Placing orders

Think of a company that issues thousands of purchase orders a month. They’ll likely receive at least one invoice for every purchase order issued. Let’s look at the process for this simple scenario:

Buyer manually enters the purchase order in their software Buyer sends order to supplier via email Supplier manually enters the purchase order in their software Supplier manually enters the invoice in their software Supplier sends invoice to buyer via email Buyer manually enters the invoice in their software

Some organisations have put a price on manually processing a single invoice in the ballpark of $30.

Some of the costs associated are:

  • Paper
  • Postage
  • Printing
  • Filing
  • Labour – This includes staff working on the processing of the transactions.
  • Error checking costs – Manual processes create errors and these errors can add costs to your business in order to correct them. This isn’t just additional labour hours to correct the issue. If the wrong number of goods to be sent is incorrectly inputted, it could lead you having an under supply or over supply of goods required.

Now let’s compare this process with EDI.

Buyer enters the purchase order in their
software
Purchase order appears in Supplier’s software Supplier enters the invoice in their software Invoice appears in Buyer’s software

As you can see from the diagram the process is reduced and streamlined because the automation of EDI. The amount of manual inputting is reduced, saving time for your account team. Connecting partners’ ERPs reduces or eliminates the need for postage, filing and printing and paper costs.

This scenario is just one of the steps in the procurement process. Other messages can be exchanged to automate other steps, such as:

  • Purchase Order Change – sent by buyer to supplier if the original purchase order has been changed.
  • Purchase Order Acknowledgement – sent by supplier to buyer to acknowledge receipt of the order.
  • Purchase Order Response – sent by supplier to buyer to notify them of any responses or changes to an order.
  • Advanced Shipping Notice – sent by supplier to buyer to let them know when and how goods will be shipped.

Receiving goods

When receiving goods from suppliers, a team is needed in the warehouse ready for the order to be delivered. Using a manual procurement process, it is hard for the receiving team in the warehouse to know what will be in each package sent or how it is packaged. It is also difficult for them to know when it will be sent. Once the delivery comes in, items need to be checked off manually and inspected to ensure no goods are damaged. This is sometimes done with pen and paper on a clipboard. This information then needs to be inputted into the ERP system or sent separately to the accounts team.

Costs associated are:

  • Labour costs – accounts team and receiving team.
  • Stationary – paper, pens, etc.
  • Any errors occurred during this process.

With EDI, this process is simplified and more streamlined. Before goods are shipped by the supplier, they can send an Advance Shipping Notice (ASN) to the buyer. This details what is being sent, how it is being sent and when it is expected to arrive. The buyer can then prepare their warehouse with the right personnel and equipment to accept the goods once they arrive. This reduces labour costs and increases productivity. The supplier can also generate SSCC labels on the individual logistic units sent to the buyer (e.g. pallet, carton, container). This can be scanned by the receiving team, automatically sending the information to the buyer’s ERP.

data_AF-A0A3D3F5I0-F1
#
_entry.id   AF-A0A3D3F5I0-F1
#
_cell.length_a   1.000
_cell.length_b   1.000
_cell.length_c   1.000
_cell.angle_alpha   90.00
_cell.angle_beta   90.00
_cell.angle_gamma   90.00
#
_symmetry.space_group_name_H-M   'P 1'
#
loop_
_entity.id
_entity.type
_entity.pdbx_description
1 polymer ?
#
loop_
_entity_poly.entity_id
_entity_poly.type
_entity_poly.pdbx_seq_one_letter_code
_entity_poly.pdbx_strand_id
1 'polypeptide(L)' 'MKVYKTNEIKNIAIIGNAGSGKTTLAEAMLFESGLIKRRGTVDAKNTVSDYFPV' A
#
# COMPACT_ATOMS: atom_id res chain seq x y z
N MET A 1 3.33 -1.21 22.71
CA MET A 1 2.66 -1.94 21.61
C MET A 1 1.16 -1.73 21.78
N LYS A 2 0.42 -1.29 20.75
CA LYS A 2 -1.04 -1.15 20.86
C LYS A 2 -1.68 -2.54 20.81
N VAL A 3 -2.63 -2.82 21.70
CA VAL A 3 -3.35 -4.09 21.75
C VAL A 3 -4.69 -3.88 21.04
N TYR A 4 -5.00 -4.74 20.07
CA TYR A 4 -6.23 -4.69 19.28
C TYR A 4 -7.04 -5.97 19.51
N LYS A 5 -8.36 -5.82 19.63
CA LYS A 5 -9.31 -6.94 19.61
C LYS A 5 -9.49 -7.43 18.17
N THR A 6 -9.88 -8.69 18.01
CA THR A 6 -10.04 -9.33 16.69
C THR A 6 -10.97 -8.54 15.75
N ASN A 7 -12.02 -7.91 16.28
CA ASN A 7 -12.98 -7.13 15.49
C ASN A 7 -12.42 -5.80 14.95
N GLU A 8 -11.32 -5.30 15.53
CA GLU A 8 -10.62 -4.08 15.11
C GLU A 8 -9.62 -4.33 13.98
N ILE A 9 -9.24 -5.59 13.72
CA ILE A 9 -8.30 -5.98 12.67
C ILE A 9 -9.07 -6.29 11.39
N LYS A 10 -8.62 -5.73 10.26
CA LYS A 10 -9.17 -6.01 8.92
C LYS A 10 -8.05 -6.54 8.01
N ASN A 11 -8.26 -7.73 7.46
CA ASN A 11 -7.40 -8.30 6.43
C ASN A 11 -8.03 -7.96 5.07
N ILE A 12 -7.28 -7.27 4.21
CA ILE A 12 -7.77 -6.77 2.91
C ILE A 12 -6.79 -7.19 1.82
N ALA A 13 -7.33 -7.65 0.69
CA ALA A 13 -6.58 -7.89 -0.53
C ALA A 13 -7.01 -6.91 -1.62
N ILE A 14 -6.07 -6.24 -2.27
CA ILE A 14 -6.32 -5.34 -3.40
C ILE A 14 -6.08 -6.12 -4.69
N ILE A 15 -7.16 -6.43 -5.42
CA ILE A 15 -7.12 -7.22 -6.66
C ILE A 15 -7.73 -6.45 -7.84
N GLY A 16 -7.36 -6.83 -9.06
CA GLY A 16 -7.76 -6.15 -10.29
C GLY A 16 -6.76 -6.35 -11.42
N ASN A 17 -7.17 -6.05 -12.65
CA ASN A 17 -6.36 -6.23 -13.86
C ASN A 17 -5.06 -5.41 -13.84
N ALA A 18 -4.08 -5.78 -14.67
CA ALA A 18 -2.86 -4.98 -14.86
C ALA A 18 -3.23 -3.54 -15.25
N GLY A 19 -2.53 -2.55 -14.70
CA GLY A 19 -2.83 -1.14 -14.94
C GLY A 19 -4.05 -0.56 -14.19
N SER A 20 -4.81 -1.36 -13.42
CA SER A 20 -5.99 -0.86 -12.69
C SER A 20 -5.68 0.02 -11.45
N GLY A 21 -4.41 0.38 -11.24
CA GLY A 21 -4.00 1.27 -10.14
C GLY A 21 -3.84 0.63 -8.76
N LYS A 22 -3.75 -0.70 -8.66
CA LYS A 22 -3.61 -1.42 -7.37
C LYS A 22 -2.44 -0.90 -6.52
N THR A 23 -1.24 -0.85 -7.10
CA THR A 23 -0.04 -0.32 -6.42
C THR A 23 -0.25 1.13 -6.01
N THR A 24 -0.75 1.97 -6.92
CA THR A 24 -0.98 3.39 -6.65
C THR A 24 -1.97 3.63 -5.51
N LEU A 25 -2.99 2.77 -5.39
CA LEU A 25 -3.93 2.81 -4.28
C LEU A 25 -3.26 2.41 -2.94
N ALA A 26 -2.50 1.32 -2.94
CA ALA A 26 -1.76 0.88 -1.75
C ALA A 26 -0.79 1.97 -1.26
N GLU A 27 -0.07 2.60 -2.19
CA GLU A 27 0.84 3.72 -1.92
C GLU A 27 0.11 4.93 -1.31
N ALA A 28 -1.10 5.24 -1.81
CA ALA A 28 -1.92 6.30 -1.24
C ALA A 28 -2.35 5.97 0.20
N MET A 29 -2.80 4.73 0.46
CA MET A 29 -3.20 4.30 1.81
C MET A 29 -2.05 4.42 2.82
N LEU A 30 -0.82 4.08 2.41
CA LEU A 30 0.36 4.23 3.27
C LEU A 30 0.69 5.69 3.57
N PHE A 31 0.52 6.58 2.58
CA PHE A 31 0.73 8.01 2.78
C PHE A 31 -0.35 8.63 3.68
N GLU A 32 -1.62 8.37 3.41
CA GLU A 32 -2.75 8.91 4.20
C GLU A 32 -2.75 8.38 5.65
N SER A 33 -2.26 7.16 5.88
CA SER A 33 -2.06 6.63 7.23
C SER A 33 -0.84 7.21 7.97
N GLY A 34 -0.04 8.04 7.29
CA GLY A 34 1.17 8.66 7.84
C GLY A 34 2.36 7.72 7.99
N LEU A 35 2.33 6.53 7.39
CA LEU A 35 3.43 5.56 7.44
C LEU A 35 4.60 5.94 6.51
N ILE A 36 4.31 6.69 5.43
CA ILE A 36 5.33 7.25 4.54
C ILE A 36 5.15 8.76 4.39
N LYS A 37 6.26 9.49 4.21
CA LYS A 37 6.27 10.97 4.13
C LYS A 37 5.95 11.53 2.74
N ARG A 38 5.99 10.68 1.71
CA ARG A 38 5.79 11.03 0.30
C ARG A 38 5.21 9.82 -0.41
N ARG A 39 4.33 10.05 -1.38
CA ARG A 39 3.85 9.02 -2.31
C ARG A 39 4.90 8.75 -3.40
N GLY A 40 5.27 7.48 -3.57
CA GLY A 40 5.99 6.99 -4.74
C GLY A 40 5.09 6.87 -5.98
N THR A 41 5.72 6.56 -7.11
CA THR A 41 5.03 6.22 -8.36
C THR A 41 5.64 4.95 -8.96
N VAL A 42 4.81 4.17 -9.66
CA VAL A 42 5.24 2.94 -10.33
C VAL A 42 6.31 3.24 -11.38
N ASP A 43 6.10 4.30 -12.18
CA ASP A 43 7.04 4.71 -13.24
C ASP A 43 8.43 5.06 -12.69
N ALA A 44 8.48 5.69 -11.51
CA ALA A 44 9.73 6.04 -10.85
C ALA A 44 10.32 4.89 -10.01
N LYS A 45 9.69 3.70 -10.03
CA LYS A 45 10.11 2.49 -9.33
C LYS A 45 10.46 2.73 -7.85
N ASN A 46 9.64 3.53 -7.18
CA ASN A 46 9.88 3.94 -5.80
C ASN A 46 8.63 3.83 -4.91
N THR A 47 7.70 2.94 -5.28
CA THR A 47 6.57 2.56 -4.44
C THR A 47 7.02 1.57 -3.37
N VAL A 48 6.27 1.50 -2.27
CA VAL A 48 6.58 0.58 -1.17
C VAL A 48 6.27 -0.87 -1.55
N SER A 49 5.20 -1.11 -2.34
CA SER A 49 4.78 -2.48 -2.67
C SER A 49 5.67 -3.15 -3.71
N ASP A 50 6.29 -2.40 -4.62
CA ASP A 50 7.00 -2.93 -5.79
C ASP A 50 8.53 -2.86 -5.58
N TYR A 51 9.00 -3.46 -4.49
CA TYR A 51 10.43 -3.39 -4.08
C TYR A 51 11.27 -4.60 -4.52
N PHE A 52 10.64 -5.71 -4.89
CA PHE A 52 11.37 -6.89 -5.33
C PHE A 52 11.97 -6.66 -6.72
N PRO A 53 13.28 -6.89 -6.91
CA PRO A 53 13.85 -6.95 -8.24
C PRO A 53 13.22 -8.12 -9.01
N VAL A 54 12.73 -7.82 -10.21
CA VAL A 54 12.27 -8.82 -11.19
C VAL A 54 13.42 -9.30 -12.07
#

Preparing payments

Once your goods have been received, any discrepancies are raised and need to be rectified before payment is made. This is often done using three- or four-way matching. Some of the discrepancies that may arise in the matching process are:

  • Inaccurate quantities received or invoiced
  • Incorrect prices
  • Received (including damaged) goods.

Typically, matching requires three documents to be reviewed:

  • Purchase order – confirms the order has been made
  • Receiving advice – details what has been received and the condition of the goods
  • Invoice – sent by the supplier requesting payment.

The accounts payable team collects and reviews each of these documents for the quantities, prices, and payment terms. This can be quite time consuming as this information can be in the form of paper documents, emails, faxes and PDFs; all stored in different places. Documents can also be lost or misplaced causing further delays to payment potentially missing discount opportunities.

With EDI, the process is faster and more simplified. All required information is sent directly to your software via EDI. It can then be programmed to automatically match the information and identify discrepancies. If an issue is detected during matching it is filtered to be investigated by your accounts team. All successful matches are processed and scheduled for payment; no need for manual processing and paper-based documents, saving you money and time.

Interested in implementing EDI for your business? get a free consultation from one of our EDI experts.